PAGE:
These new smartphones also have App Stores that make it easy for consumers to discover new video services. This has transformed the quality of the mobile channel for mobile media providers looking to acquire viewers. Previously, media companies had to work through multiple mobile operators to gain visibility. Now, a single app for a major app store will reach all of the consumers using that kind of smartphone. Google and Amazon have followed Apple by expanding their digital stores to offer both media - music, TV and movies - as well as apps. This shift is behind the name change that Google made to its Android app store from Android Market to Google Play in late 2011.
Mobile networks will become even better for video
The pace of mobile evolution is going to accelerate. The large screens common on high-end smartphones will become standard on mid-market phones within two years. Already, there are a few handsets available on pre-pay with screens similar to those used on former flagship devices. For example, the Huawei G300 runs Android, has both a four-inch screen and a 1Ghz processor just like the Nexus S Google flagship that launched in December 2010. The G300 is available for only £100 on Vodafone UK pre-pay, with no contractual commitment.
Mobile networks will become much faster as LTE (Long Term Evolution - a wireless communication standard for high-speed moble data) arrives making them suited to HD video streaming. This 4G technology is already live in the US, Japan, Nordic markets and Germany. In the UK, the roll out is slower because the auction is yet to take place. When it does, likely later in 2012, the UK will also see LTE speeds of 20-40Mbps that are suitable for HD video streams. Everything Everywhere will be the first to launch LTE in the UK because market regulator Ofcom is allowing the Everything Everywhere to re-use some of its existing 1800Mhz 2G spectrum for LTE services.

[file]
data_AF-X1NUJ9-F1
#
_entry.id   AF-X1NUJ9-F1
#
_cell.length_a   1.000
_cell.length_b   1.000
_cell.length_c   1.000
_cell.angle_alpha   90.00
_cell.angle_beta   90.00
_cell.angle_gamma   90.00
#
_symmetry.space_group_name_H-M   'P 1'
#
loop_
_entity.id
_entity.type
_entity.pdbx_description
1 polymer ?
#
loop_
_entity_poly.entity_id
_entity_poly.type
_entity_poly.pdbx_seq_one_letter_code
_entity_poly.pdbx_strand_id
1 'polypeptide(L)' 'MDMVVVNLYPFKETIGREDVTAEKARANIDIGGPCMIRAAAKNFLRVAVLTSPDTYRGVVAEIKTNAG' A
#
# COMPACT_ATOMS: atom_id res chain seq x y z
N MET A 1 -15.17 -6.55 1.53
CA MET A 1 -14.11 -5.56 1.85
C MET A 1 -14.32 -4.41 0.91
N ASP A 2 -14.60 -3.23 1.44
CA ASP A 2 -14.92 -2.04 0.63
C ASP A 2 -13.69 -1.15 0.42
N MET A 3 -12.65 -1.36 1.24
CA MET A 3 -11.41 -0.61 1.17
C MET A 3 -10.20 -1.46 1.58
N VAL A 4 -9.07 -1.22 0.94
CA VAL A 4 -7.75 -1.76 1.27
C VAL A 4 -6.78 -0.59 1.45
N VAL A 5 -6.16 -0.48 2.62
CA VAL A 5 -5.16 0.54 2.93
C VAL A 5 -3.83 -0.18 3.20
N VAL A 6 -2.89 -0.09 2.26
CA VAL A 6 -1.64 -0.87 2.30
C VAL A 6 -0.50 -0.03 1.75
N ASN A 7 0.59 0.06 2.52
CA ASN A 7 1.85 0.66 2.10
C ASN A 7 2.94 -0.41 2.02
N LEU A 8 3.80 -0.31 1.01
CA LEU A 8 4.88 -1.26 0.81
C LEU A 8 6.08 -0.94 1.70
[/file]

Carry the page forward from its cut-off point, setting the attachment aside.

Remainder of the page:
LTE is important also for the increased capacity that it brings as well as for its higher headline speeds. This network capacity jump will enable more consumers to enjoy mobile video streaming more often. The new 800Mhz spectrum freed up from the analogue TV switch-off across Europe and the newly available 2.6Ghz increase the total amount of spectrum available for mobile media services such as video. Additionally, LTE is more efficient in the way it uses spectrum so that more video streams can be delivered on the same number of Mhz than on 2G or 3G networks.
This increase in the supply of network capacity owing to LTE and new spectrum will cause mobile operators to loosen the limits on data consumption they attach to many current mobile packages. This will make the mobile networks even more suited to delivering many high quality video streams. The extent that operators increase data capacity limits will depend on the degree of competition in the mobile market: With four main operator groups the UK is one of the most competitive mobile markets in the world and so will see a faster change than average.
Multiscreen video services will prosper on mobile
The innovators in mobile video are now those that integrate their mobile video content into a wider video strategy. We've identified three standard bearers for this trend.